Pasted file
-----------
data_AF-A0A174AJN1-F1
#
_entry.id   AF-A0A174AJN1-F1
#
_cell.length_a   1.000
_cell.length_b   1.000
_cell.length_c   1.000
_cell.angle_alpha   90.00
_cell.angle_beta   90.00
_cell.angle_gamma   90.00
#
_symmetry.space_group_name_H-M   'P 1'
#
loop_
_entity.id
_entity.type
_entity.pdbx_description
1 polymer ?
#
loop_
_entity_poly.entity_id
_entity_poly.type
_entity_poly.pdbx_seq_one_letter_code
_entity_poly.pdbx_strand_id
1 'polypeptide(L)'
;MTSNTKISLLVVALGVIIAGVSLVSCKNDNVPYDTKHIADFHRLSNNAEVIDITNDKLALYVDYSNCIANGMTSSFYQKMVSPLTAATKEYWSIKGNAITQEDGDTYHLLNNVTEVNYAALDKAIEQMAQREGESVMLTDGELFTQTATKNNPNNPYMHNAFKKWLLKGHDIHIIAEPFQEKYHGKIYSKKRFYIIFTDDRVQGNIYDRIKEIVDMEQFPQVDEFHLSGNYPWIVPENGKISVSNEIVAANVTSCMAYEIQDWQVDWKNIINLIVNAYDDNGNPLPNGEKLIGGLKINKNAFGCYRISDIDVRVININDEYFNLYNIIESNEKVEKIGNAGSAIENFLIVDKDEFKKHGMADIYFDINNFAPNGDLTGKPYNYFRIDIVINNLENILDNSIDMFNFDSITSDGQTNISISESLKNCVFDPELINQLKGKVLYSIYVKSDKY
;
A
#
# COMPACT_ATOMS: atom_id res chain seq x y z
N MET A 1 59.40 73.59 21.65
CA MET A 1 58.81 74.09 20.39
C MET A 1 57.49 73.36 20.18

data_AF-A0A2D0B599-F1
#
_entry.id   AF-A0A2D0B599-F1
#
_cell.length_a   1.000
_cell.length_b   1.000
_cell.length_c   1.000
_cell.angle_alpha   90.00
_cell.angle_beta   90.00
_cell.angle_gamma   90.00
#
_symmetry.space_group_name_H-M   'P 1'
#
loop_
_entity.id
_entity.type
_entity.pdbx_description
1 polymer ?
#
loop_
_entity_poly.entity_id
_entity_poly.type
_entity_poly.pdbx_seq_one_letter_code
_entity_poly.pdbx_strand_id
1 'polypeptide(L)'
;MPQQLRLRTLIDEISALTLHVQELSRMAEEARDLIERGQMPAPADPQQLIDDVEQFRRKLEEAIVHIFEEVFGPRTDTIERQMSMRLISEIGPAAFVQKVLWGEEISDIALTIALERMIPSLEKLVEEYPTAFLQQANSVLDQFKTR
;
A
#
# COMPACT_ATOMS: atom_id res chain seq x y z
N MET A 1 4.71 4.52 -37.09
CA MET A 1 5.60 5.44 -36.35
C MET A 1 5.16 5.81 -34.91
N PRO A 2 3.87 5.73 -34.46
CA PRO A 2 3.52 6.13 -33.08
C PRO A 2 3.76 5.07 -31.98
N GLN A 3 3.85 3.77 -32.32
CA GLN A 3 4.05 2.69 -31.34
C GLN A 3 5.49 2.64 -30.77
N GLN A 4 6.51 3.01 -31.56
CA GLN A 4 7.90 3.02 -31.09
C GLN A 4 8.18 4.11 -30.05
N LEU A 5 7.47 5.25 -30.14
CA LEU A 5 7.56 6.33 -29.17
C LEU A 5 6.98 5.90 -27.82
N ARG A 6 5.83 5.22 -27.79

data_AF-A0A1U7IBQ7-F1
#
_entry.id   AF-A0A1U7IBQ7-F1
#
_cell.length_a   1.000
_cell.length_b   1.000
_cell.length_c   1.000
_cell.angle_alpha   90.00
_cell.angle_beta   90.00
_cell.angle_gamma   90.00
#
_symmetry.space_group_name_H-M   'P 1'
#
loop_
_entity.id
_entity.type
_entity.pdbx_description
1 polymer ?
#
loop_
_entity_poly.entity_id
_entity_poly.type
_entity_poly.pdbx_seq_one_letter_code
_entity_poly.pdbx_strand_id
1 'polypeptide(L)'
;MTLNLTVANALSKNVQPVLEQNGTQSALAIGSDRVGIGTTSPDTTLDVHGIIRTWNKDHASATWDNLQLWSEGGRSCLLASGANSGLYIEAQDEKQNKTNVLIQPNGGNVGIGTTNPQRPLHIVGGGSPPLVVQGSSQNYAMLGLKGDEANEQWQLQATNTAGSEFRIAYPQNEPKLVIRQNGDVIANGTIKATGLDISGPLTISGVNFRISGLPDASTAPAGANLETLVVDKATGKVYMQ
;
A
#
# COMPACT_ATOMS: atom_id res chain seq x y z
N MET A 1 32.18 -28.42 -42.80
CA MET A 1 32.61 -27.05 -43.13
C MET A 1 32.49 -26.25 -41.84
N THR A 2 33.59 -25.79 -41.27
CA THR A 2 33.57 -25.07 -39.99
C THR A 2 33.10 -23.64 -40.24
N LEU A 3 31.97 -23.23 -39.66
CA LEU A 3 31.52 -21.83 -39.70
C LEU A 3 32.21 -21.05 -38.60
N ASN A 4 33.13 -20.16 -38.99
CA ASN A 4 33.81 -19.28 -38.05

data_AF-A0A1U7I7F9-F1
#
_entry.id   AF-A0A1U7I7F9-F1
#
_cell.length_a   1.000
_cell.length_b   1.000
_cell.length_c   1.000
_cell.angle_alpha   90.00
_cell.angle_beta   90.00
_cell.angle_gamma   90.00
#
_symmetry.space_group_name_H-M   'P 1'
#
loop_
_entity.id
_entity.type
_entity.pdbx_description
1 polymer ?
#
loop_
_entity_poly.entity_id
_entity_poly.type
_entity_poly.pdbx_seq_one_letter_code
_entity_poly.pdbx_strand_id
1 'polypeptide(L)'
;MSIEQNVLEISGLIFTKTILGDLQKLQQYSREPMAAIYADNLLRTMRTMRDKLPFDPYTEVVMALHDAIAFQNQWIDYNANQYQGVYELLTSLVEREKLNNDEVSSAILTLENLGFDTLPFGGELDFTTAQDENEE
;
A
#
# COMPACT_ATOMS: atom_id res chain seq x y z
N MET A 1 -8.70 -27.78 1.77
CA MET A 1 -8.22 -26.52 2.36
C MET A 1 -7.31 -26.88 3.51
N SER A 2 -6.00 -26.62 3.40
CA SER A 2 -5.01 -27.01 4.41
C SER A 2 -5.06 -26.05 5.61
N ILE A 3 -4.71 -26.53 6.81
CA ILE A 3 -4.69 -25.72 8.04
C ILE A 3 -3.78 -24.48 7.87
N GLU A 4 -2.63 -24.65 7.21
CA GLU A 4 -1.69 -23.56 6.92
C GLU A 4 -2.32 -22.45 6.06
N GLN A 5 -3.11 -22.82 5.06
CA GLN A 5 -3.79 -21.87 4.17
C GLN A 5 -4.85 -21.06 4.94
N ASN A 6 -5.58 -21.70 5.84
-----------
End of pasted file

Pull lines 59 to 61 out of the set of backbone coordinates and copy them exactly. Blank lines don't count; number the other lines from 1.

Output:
;MPQQLRLRTLIDEISALTLHVQELSRMAEEARDLIERGQMPAPADPQQLIDDVEQFRRKLEEAIVHIFEEVFGPRTDTIERQMSMRLISEIGPAAFVQKVLWGEEISDIALTIALERMIPSLEKLVEEYPTAFLQQANSVLDQFKTR
;
A